Rachael Drazan-Malmberg doesn’t shy away from hard work and challenges. Rachael is a former member of the world champion USA Hockey team, a former Minnesota Golden Gopher hockey player, and a mother of a 5-year-old. Now, the 32-year-old is facing her biggest challenge yet.
In March 2016, Rachael noticed pain in her back rib area. When the pain didn’t go away, she went to the doctor and received a startling diagnosis: stage 4 lung cancer that had spread to her brain and lymph nodes in her chest.
“I felt healthy, had no risk factors for lung cancer, and suddenly I was in the fight for my life,” said Rachael.
Rachael was prescribed a medication designed to target her specific cancer type. As a result of the medication, Rachael developed severe rashes and blistering, and experienced hair changes and bloating.
Even though doctors said the medication was working well to treat the cancer, the side effects were making it impossible for Rachael to maintain a good quality of life. Worried that lowering her dose would reduce the effectiveness of her treatment, doctors instead prescribed even more medications to treat the side effects.
“I felt healthy, had no risk factors for lung cancer, and suddenly I was in the fight for my life.”
Soon after beginning treatment, Rachael learned that she qualified for lung surgery to remove cancerous lobes and lymph nodes. Rachael, who was already frustrated by the side effects she was experiencing and the mounting number of medications she was taking, knew that having surgery meant she would need to be prescribed even more medications — this time for pain.
“I was nervous because pain medications haven’t worked for me in the past. I was worried about how I would recover from the surgery.”
Despite her concern, Rachael moved forward with the surgery.
The surgery was a success. Rachael was prescribed oxycodone for pain, and doctors told her that she would be able to leave the hospital after one to two days of recovery. But by day two in the hospital, Rachael was still in pain.
“I was in severe pain. I couldn’t relax or sleep, and I felt like I couldn’t breathe. After two days of struggling through this pain, doctors changed my medication from oxycodone to hydrocodone. By the next day, my pain was so much better that I was able to go home.”
Rachael, who was perplexed by her response (or, in this case, lack of response) to certain medications, remembered that she had recently heard about the OneOme RightMed® test. The RightMed test is a pharmacogenomic test (sometimes called a medication response test) that predicts how a person may respond to medications, based on their DNA.
Rachael wondered if the test could provide clues about why she was struggling so much with medications and if it could be a resource for her doctors who may need to prescribe more medications for her in the future. Rachael asked her doctor about the RightMed test, and he ordered it for her.
“After two days of struggling through this pain, doctors changed my medication. By the next day, my pain was so much better that I was able to go home.”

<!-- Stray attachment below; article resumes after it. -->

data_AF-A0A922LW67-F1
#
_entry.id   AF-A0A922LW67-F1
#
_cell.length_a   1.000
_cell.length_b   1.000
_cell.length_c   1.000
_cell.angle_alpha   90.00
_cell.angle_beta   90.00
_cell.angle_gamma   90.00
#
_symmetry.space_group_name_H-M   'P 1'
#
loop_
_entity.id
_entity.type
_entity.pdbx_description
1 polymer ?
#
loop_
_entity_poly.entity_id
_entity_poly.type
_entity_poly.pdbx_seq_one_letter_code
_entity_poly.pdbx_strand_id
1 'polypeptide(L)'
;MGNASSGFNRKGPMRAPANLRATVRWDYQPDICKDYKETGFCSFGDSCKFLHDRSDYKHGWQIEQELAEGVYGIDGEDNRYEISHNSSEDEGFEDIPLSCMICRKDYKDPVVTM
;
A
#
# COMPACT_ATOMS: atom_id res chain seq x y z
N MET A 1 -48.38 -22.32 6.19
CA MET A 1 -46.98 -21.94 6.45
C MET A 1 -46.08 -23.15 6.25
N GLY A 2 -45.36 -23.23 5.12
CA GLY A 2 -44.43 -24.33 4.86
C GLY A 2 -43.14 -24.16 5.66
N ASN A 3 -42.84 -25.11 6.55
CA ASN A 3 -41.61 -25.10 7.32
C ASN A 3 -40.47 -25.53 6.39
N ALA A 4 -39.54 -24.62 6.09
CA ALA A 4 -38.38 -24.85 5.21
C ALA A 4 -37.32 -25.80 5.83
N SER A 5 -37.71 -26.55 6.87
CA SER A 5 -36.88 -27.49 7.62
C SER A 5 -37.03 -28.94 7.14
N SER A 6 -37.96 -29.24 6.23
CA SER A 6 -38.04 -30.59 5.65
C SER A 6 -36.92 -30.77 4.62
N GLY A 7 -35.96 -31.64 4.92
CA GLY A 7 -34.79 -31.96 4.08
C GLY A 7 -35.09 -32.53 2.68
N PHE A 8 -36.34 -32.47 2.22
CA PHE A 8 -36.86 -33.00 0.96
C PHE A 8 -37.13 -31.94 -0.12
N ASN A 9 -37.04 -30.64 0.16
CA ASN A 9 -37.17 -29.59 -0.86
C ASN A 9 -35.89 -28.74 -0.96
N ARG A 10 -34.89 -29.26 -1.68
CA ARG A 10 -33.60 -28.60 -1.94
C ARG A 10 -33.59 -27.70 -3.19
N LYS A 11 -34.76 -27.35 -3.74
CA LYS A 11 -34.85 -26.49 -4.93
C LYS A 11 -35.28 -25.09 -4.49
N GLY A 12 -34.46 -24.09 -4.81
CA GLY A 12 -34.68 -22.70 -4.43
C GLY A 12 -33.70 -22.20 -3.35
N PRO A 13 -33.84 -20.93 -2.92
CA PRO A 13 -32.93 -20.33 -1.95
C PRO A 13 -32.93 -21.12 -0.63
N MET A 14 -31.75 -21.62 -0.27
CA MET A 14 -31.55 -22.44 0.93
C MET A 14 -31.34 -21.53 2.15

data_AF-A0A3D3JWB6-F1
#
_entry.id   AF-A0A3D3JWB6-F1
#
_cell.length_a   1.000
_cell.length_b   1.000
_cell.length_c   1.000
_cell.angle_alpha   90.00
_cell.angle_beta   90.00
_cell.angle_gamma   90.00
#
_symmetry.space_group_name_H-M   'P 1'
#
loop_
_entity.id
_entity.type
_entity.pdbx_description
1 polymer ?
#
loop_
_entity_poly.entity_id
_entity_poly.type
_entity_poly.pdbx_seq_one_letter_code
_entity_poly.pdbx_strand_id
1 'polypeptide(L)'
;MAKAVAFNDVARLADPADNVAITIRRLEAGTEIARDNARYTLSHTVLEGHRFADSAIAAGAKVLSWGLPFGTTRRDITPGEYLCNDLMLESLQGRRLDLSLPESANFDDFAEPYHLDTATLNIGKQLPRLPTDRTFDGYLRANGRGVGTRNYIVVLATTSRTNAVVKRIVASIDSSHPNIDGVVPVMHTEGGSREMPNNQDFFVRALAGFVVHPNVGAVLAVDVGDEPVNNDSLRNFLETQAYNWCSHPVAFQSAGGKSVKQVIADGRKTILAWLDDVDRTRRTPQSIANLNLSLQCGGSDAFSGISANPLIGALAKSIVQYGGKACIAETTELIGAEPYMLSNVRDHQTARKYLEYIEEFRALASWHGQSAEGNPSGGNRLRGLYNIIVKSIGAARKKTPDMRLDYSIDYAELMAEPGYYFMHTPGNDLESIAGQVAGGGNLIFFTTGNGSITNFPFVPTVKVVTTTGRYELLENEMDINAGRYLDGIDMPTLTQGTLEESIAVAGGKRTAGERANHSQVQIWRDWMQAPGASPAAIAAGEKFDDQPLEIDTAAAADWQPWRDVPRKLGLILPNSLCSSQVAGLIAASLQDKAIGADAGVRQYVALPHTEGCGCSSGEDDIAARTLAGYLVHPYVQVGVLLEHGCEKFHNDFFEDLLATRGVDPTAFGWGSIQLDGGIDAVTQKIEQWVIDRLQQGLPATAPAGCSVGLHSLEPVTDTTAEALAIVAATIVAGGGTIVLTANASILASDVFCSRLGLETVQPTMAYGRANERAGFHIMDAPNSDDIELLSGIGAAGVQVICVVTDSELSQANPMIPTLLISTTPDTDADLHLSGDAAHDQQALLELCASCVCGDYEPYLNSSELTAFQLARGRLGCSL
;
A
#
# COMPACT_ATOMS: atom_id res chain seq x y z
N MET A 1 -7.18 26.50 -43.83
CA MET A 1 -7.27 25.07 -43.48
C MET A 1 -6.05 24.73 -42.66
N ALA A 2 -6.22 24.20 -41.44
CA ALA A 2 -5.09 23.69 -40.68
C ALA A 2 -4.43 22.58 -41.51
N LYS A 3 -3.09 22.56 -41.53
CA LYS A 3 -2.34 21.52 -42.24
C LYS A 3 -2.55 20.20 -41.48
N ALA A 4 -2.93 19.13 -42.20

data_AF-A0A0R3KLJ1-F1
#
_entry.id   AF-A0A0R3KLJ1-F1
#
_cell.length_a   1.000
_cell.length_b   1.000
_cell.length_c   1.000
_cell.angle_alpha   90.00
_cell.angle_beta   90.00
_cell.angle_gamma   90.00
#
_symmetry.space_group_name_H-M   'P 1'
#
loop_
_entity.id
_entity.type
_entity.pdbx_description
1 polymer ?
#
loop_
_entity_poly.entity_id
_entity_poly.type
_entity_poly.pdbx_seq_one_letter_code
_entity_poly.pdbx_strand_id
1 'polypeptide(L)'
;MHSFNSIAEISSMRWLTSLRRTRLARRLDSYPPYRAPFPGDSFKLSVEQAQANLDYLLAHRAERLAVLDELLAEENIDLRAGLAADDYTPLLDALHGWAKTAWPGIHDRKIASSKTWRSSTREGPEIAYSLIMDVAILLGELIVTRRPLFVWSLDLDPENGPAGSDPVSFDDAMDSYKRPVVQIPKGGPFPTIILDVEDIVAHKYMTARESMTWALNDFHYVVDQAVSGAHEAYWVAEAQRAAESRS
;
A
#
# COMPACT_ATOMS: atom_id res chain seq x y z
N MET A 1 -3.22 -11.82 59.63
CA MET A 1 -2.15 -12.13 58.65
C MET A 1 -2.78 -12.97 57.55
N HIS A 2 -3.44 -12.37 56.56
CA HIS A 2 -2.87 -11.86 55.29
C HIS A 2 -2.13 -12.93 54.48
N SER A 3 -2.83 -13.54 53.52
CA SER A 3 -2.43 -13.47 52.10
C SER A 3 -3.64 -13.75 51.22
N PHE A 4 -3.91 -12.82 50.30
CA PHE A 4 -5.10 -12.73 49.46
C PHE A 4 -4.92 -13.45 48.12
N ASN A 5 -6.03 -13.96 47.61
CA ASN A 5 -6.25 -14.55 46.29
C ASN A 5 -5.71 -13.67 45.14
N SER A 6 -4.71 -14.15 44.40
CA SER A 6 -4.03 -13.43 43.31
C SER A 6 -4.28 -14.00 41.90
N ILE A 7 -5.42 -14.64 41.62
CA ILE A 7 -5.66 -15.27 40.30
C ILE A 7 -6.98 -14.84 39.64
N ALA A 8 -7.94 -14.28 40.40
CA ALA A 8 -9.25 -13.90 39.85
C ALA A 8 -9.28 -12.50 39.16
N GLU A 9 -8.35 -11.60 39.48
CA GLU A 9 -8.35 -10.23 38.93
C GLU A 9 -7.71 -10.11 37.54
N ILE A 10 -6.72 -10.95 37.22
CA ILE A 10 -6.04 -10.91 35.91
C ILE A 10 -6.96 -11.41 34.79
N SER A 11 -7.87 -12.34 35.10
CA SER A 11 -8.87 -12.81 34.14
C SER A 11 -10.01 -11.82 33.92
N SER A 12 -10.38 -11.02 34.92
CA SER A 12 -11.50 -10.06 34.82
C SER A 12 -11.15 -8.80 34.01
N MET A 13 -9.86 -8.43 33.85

Rachael’s DNA sample was collected with a cheek swab and sent to OneOme’s laboratory for testing. Within just a few days, Rachael’s doctor was notified that her results were ready.
“When I got my RightMed results, it showed that oxycodone, the medication I had been prescribed that didn’t work, was predicted to have little effect for me at a normal dose. After my test results validated this for me, I became serious about sharing them with my other doctors. I’m relieved that I finally have a resource to show doctors whenever I need new medications.”
Shortly after receiving her RightMed test results, Rachael developed a severe urinary tract infection (UTI). She went to urgent care for treatment, and doctors prescribed her a standard antibiotic. The medication didn’t work.
“I brought my results back to the doctors and asked that they consider them when choosing a new medication for me. They reviewed them and switched me to a medication that was predicted to work for me at a normal dose. Within days, I was completely better.”
Since receiving her RightMed results, Rachael has shared them with the physician assistant who manages her medication regimen, her primary care doctor, and her radiation oncologist. All of these providers plan to use her results when prescribing medications for Rachael in the future.
“I have a binder with all of my medical history that I bring with me to each appointment. My RightMed results are now a part of that, and it’s a relief to be able to point to something and say, ‘before you prescribe a new medication, please take a look at this.’”
“I’m relieved that I finally have a resource to show doctors whenever I need new medications.”
Rachael’s treatment and fight against cancer continues, but her resilience and passion for helping others is keeping her focused on the challenge at hand. Rachael was recently asked by the American Lung Association to represent the state of Minnesota in advocacy work focused on increasing funding for lung cancer research. During a recent visit to Washington D.C., Rachael spoke to legislators and came away from it with something she has grown accustomed to — a big win.
“We asked for a certain amount of funding for lung cancer research, and to our surprise, they didn’t just agree to the number we asked for — they agreed to exceed it.”
For Rachael, these victories are what help to keep her focused on her larger goal — living her life with purpose and advocating for cancer treatment that recognizes that each patient is unique.